It is usually easy to identify situations where cattle are very phosphorus-deficient. It is more difficult to determine whether animals are marginally deficient to deficient.

Factors to consider include: soil and vegetation, the class of stock, cattle management (including grazing management) weaning, and any improved pastures (such as stylos).

A blood phosphorus analysis is likely to give the best indication of the phosphorus status of the growing animal, although it cannot be applied to the lactating cow.

If cattle haven’t been on a phosphorus supplement, then faecal NIRS in conjunction with a faecal phosphorus analysis, can be used to determine phosphorus status. This can then be used to determine the ratio between phosphorus and protein, and the ratio between phosphorus and digestibility to ensure that the diet is balanced.

Feeding phosphorus – what to look for in a supplement

Key considerations in selecting a phosphorus supplement are:

1. An animal’s dietary phosphorus status as well as protein and energy
It is important to balance the supplement with what the animal is receiving in its diet. This can only be achieved by assessing the animal’s diet quality through faecal NIRS analysis. For more information see Assessing pasture diet quality (NIRS).

2. Percentage of phosphorus in the lick
If animals are consuming small quantities of lick then a larger concentration of phosphorus in the lick is required. If they are consuming copious amounts of lick then the phosphorus concentration should be decreased to save wastage and reduce the overall cost of the lick.

3. The quantity of lick consumed
Meeting daily phosphorus requirements is important. This depends on daily intakes, which are influenced by the type of lick fed (palatability and hardness) and access to the lick. Delivery of adequate amounts of phosphorus during the wet season remains a key industry issue.If a lick is not being consumed at adequate rates, it is likely that it is unpalatable. Look firstly as reducing or removing substances such as sulphate of ammonia and lime, and salt, if the salt is not being used as an attractant. Lime is generally not needed in a lick. Most northern Australian pastures have a high calcium:phosphorus ratio, meaning there is sufficient calcium in the diet relative to phosphorus. If additional calcium is required, it can be provided through the phosphorus source (MDCP or DCP) that is being fed.If urea is limiting intake, it may also need to be reduced.

4. Ensuring phosphorus is balanced with other nutrients
It is important that the phosphorus and nitrogen (e.g. urea and/or protein meal) in the lick are balanced with the protein and phosphorus the animal is receiving from the pasture. Providing too much phosphorus in the lick relative to nitrogen will result in wastage of phosphorus. Providing too much nitrogen (e.g. urea) relative to phosphorus means that the nitrogen ingredient is wasted.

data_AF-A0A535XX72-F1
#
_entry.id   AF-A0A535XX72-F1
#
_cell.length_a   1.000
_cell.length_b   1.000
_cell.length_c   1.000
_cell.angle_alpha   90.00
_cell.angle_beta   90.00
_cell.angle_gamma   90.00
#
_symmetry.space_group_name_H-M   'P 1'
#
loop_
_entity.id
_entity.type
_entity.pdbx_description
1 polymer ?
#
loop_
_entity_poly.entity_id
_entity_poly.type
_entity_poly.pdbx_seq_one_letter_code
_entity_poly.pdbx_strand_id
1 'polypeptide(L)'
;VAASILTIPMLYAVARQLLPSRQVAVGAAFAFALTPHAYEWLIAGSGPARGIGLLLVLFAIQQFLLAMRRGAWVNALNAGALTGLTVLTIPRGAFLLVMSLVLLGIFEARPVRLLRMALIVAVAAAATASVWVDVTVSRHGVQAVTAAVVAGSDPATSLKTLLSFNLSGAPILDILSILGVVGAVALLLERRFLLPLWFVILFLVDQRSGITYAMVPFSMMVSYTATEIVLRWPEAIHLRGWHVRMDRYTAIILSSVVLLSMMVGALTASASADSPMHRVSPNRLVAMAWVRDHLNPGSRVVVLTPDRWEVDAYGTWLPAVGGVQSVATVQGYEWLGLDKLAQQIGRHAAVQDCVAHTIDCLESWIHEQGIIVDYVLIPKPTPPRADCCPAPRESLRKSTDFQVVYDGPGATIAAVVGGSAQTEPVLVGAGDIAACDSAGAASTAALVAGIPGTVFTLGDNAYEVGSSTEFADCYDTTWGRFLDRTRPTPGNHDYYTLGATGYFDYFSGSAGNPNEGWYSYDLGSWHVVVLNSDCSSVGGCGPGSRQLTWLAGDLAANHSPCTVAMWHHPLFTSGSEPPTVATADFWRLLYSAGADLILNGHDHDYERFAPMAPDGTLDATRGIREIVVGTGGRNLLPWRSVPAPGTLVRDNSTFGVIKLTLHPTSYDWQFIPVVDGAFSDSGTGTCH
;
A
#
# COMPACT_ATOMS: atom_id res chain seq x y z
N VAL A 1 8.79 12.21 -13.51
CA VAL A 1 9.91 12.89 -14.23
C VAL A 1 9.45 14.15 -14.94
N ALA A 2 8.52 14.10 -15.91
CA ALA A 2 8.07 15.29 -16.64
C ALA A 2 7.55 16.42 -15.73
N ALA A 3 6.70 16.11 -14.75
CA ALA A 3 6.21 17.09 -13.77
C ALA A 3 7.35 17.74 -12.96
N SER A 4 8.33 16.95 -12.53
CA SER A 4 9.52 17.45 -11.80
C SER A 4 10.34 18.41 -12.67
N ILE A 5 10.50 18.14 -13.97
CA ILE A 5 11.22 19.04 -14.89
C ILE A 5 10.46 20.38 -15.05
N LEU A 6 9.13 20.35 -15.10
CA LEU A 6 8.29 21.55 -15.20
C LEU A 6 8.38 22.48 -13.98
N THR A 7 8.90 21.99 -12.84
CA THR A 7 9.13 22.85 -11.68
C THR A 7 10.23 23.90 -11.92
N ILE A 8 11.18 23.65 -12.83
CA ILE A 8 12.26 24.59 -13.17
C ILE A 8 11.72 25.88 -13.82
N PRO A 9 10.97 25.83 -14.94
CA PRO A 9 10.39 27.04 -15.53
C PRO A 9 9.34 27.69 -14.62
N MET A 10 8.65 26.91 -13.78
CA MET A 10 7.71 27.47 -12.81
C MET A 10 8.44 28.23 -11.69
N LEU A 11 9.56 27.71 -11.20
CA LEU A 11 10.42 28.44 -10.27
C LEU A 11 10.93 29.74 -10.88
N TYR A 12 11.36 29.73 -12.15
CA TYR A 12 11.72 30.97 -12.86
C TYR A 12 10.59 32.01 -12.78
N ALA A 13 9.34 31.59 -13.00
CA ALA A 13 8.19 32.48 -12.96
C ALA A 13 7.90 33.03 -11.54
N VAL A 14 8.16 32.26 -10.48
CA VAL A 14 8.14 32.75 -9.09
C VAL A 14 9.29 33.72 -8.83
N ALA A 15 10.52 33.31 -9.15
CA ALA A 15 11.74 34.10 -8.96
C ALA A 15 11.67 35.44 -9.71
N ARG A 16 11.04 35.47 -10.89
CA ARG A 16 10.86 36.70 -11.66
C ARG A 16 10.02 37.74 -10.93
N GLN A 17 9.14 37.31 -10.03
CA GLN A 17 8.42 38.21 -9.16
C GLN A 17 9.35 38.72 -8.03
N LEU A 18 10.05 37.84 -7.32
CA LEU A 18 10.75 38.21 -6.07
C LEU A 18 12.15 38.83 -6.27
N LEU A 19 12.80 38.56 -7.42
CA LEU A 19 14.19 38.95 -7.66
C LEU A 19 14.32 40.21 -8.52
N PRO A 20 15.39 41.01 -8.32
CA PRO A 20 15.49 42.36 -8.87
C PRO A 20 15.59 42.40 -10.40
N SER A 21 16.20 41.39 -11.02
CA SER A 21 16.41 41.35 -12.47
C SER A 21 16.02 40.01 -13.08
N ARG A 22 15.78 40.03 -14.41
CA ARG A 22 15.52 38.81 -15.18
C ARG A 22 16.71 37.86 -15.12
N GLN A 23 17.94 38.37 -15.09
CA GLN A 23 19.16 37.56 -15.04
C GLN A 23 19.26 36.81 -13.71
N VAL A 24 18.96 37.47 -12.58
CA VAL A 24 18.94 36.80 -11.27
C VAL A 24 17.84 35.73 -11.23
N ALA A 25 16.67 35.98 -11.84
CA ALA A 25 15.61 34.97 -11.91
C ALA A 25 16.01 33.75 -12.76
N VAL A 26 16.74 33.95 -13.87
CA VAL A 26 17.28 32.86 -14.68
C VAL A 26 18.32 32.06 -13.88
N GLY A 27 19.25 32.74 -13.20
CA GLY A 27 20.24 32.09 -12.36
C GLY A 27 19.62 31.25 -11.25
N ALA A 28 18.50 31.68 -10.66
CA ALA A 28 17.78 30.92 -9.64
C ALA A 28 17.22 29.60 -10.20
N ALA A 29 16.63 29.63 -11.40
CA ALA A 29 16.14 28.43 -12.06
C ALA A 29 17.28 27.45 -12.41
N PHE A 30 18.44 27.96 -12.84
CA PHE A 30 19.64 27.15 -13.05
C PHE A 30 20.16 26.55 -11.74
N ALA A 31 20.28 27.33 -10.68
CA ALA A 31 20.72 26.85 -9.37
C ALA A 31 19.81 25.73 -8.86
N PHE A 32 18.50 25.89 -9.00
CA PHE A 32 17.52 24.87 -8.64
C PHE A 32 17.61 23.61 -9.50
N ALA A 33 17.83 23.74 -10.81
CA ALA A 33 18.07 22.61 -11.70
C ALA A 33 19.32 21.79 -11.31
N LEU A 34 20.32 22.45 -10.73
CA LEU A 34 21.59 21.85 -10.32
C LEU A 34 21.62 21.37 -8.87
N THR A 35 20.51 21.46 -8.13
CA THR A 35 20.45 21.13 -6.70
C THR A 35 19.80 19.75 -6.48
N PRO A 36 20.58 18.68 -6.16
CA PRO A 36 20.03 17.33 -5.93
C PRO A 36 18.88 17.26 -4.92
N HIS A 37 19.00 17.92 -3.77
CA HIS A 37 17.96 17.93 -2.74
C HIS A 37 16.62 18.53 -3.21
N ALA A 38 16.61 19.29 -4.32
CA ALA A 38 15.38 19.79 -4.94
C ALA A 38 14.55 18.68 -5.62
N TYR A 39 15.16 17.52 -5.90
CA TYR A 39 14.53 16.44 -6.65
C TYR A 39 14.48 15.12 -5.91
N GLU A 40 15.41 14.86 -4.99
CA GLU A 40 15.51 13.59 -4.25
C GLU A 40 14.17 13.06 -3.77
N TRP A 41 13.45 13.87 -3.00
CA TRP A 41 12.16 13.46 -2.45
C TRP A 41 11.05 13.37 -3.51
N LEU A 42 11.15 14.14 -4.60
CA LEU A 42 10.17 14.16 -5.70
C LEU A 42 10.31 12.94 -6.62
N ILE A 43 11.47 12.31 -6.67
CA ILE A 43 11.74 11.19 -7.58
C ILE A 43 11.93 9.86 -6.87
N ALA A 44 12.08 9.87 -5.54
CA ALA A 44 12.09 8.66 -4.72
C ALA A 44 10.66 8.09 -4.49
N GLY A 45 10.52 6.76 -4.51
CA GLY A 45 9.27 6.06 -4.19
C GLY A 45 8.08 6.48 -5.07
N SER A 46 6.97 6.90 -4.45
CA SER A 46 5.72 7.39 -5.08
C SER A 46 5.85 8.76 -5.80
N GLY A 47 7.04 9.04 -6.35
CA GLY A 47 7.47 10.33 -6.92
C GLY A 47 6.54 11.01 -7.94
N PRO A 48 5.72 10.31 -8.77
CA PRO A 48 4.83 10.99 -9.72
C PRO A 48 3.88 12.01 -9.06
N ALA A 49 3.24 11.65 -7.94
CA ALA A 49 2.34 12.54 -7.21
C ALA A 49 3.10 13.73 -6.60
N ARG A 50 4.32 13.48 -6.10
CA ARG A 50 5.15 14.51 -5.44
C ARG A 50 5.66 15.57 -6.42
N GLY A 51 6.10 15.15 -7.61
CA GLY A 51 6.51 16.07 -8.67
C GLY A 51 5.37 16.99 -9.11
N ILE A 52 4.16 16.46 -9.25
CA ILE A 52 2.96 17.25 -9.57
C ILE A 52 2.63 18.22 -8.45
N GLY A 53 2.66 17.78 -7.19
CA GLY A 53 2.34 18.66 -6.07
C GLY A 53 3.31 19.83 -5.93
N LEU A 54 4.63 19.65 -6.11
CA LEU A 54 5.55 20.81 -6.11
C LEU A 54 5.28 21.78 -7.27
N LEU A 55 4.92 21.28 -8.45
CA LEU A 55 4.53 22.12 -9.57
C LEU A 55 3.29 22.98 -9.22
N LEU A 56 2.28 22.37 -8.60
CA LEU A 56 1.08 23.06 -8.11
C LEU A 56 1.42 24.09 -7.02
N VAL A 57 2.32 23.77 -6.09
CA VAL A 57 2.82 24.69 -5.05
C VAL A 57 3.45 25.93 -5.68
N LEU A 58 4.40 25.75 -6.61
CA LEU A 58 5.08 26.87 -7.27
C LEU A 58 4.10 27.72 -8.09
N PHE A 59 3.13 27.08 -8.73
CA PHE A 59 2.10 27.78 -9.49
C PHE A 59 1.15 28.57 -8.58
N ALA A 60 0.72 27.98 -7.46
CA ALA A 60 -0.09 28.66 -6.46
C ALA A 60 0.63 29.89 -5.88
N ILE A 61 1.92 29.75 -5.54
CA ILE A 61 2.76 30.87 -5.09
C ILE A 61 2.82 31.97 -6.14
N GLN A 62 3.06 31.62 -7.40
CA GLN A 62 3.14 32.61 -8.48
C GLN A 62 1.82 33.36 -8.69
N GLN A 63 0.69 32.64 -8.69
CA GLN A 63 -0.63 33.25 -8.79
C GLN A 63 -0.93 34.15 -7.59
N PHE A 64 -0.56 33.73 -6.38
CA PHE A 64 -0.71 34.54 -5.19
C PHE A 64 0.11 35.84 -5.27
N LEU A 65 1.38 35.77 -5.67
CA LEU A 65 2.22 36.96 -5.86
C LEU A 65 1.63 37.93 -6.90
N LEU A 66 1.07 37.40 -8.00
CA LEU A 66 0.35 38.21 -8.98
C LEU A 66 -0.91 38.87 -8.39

5. Ensuring the lick is cost-effective.
The most cost-effective lick will have the lowest cost per unit of phosphorus. These licks generally tend to have the highest phosphorus concentration. These licks may appear to be more expensive on a cost per tonne basis however, once the cost per unit of phosphorus is calculated, if there is a high concentration of phosphorus in the lick, these licks might be the cheaper licks to feed.

6. Use only phosphorus sources that are registered for stock feeding
Other sources of phosphorus, such as rock phosphates, are high in cadmium and/or fluoride. Cattle are most at risk of consuming cadmium through phosphate fertilisers that are not registered for livestock feeding. These fertilisers contain very high heavy metal levels that can result in unacceptable residue levels.

7. Monitor the feeding program
It is critical that the supplement intakes are monitored to ensure cattle are consuming an adequate amount of phosphorus. If this is difficult to implement in practice, try calculating the amount of lick put out at a watering point over a month, then estimate the number of cattle drinking at this watering point on average, to calculate daily intake. If they are not consuming enough phosphorus, change the recipe or try a different product.

More information

Phosphorus management of beef cattle in northern Australia (PDF, 2MB), Désirée Jackson et al. 2012. This book outlines general principles that can be applied to strategies and practices when feeding phosphorus to beef cattle.

You can also get more information from the Meat & Livestock Australia NBRUC conference paper ‘Phosphorus nutrition and management – overcoming constraints to wider adoption’ (Dixon et al., 2011, pages 102-109). Download a copy of the NBRUC August 2011 proceedings.


Phosphorus management of beef cattle in northern Australia

The recently published ‘Phosphorus management of beef cattle in northern Australia’ is a compilation of the latest research, demonstration and practical knowledge available in northern Australia.

In this webinar, principal author Désirée Jackson discusses management decisions surrounding:

  • classes of stock that are a priority for phosphorus feeding
  • when to feed phosphours supplements
  • formulating phosphorus supplements
  • how much phosphorus to feed
  • how to effectively feed phosphorus.

Additional topics include:

  • benefits of phosphorus feeding
  • signs of phosphorus deficiency
  • diagnostic tests for phosphorus status of cattle
  • economic responses to phosphorus feeding.

Join Désirée as she discusses these topics in this webinar recording. For your convenience, here are the webinar presentation slides (PDF, 2MB).